There is no sound reason for requiring or allowing a hearing on Sunday although the arrest may have been made without warrant and on Sunday. The Act of May 23, 1923, P. L. 339, 19 PS §75, provides that where the police of a city or borough arrest any person on view for the violation of an ordinance and no immediate hearing can be had, the mayor, burgess or the “proper police official in charge of any police station to which said person is taken” may accept a sum of *191money not exceeding the appropriate fine as a forfeit for the appearance of defendant before the mayor or burgess. The City of New Castle in the present case availed itself of this provision; the Mayor’s transcript states that at 1 a. m. on June 23,1946, which was Sunday, defendant was brought to the police station and posted a forfeit of $10 for a hearing before the mayor at 9 a. m. of the same day. Defendant might just as easily have been directed to return for hearing on Monday. The fixing of a hearing on Sunday and the defense of the practice indicates a fundamental misunderstanding of the law on the subject which it is the purpose of this opinion to clear up. Our statutes refer to “the Lord’s Day commonly called Sunday”. If defendant could be required to attend court on Sunday so could his lawyer, witnesses and friends. The law favors worship and rest on the Sabbath. Prohibiting unnecessary work on Sunday, the law itself should not work.

There is no question of waiver in this case. Defendant did not plead guilty and ask to be sentenced forthwith. The transcript says he denied the charges. Whether, therefor, it had been the established practice to hold court on Sunday or whether the police official had merely erred in fixing the hearing on Sunday, it became the plain duty of the mayor to fix a hearing on a day other than Sunday and his continuing to hear and decide the case on Sunday renders the sentence void.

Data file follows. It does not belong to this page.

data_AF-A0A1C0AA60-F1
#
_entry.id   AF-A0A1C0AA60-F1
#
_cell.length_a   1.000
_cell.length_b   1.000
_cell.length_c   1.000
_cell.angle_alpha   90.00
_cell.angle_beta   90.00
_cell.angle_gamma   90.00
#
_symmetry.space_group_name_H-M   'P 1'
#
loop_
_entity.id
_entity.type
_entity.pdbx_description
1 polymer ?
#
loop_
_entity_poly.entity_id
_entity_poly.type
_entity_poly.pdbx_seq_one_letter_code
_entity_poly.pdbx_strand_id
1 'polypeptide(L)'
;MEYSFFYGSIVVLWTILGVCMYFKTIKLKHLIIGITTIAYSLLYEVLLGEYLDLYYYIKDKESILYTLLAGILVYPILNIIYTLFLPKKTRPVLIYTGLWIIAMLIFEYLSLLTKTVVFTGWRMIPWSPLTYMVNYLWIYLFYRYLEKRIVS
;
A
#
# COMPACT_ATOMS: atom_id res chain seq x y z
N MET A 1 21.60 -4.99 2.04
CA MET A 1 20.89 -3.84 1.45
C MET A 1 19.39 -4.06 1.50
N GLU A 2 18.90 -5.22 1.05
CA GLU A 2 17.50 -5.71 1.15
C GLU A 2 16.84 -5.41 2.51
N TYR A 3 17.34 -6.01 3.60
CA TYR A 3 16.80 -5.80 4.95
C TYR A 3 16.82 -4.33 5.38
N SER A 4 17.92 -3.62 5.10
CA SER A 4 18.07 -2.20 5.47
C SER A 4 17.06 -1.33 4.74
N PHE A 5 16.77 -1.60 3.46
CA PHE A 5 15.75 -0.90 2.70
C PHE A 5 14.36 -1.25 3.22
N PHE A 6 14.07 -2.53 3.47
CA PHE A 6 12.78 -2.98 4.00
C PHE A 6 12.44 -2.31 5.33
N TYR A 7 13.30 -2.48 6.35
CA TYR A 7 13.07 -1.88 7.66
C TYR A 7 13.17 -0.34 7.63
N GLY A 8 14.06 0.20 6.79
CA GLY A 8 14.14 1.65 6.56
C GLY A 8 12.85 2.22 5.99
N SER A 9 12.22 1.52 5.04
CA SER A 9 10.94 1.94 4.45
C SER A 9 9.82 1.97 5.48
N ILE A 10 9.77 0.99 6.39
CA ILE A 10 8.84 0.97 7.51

Our opinion on this decisive point in the case is strengthened by the views of many courts in other States which have reached the same conclusion. In Baxter v. The People, 8 Ill. 368, a verdict of guilty of murder was received on Sunday and sentence was imposed on the same day. The sentence was held to be void. In Devault v. Sampson, 114 Zan. 913, 221 Pac. 284, a justice of the peace received a plea and sentenced a defendant on Sunday. The sentence was void. In *192Moss v. State, 131 Tenn. 94, 173 S. W. 859, L. R. A. 1915 D. 361, the court on Sunday charged the jury in a murder case, having employed the fiction of disregarding the clock and merely recessing Saturday’s hearing. The Supreme Court of Tennessee reversed, holding in a most interesting opinion that under the common law of that State court might not lawfully be held on Sunday. In People ex rel. Meyer v. Warden, 269 N. Y. 426, 199 N. E. 647, a police magistrate tried, convicted and sentenced defendant on Sunday. The sentence was held to be void. In Guerrera v. The State, 141 Texas C. Rep. 278, 125 S. W. (2d) 595, a judge who had to preside in another county on Monday charged the jury in a murder case on Sunday. The conviction was set aside. In City of Parsons v. Lindsay, 41 Kan. 336, 21 Pac. 227, 3 L. R. A. 658, the court on Sunday received a verdict in a civil case and entered judgment. It was held to have been proper to receive the verdict but not to enter judgment. See also L. R. A. 1916 B. 1, Ex parte White, 15 Nev. 146, 37 Am. Rep. 466, and 50 Am. Jur. 860. No decisions to the contrary are discovered except where a statute specifically authorizes a magistrate to hold court on Sunday.